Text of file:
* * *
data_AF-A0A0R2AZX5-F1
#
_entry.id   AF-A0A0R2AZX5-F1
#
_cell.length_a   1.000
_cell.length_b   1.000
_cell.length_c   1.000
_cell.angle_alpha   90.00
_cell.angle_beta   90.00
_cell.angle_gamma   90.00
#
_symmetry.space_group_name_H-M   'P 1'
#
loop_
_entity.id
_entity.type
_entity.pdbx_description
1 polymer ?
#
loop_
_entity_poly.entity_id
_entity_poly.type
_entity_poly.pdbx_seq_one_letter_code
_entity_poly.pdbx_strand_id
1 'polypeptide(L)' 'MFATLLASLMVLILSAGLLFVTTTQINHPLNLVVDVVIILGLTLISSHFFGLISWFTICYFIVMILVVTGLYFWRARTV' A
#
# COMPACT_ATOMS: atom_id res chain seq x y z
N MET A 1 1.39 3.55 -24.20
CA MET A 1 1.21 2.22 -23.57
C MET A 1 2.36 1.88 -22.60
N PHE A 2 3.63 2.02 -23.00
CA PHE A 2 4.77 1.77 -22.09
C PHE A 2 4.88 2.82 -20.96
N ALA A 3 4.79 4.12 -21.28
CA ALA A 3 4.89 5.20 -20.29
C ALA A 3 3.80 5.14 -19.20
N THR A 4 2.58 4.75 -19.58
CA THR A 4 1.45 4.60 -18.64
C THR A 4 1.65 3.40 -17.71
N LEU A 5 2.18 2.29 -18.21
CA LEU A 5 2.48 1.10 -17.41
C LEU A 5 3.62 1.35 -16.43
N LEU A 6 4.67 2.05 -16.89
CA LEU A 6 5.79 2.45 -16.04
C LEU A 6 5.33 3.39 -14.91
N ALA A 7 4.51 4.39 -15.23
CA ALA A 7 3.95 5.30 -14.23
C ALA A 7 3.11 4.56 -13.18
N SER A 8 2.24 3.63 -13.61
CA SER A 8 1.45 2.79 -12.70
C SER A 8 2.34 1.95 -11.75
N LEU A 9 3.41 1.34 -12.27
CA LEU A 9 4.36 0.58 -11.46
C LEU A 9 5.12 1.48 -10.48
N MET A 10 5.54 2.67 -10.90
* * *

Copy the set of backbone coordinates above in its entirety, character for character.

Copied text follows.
data_AF-A0A0R2AZX5-F1
#
_entry.id   AF-A0A0R2AZX5-F1
#
_cell.length_a   1.000
_cell.length_b   1.000
_cell.length_c   1.000
_cell.angle_alpha   90.00
_cell.angle_beta   90.00
_cell.angle_gamma   90.00
#
_symmetry.space_group_name_H-M   'P 1'
#
loop_
_entity.id
_entity.type
_entity.pdbx_description
1 polymer ?
#
loop_
_entity_poly.entity_id
_entity_poly.type
_entity_poly.pdbx_seq_one_letter_code
_entity_poly.pdbx_strand_id
1 'polypeptide(L)' 'MFATLLASLMVLILSAGLLFVTTTQINHPLNLVVDVVIILGLTLISSHFFGLISWFTICYFIVMILVVTGLYFWRARTV' A
#
# COMPACT_ATOMS: atom_id res chain seq x y z
N MET A 1 1.39 3.55 -24.20
CA MET A 1 1.21 2.22 -23.57
C MET A 1 2.36 1.88 -22.60
N PHE A 2 3.63 2.02 -23.00
CA PHE A 2 4.77 1.77 -22.09
C PHE A 2 4.88 2.82 -20.96
N ALA A 3 4.79 4.12 -21.28
CA ALA A 3 4.89 5.20 -20.29
C ALA A 3 3.80 5.14 -19.20
N THR A 4 2.58 4.75 -19.58
CA THR A 4 1.45 4.60 -18.64
C THR A 4 1.65 3.40 -17.71
N LEU A 5 2.18 2.29 -18.21
CA LEU A 5 2.48 1.10 -17.41
C LEU A 5 3.62 1.35 -16.43
N LEU A 6 4.67 2.05 -16.89
CA LEU A 6 5.79 2.45 -16.04
C LEU A 6 5.33 3.39 -14.91
N ALA A 7 4.51 4.39 -15.23
CA ALA A 7 3.95 5.30 -14.23
C ALA A 7 3.11 4.56 -13.18
N SER A 8 2.24 3.63 -13.61
CA SER A 8 1.45 2.79 -12.70
C SER A 8 2.34 1.95 -11.75
N LEU A 9 3.41 1.34 -12.27
CA LEU A 9 4.36 0.58 -11.46
C LEU A 9 5.12 1.48 -10.48
N MET A 10 5.54 2.67 -10.90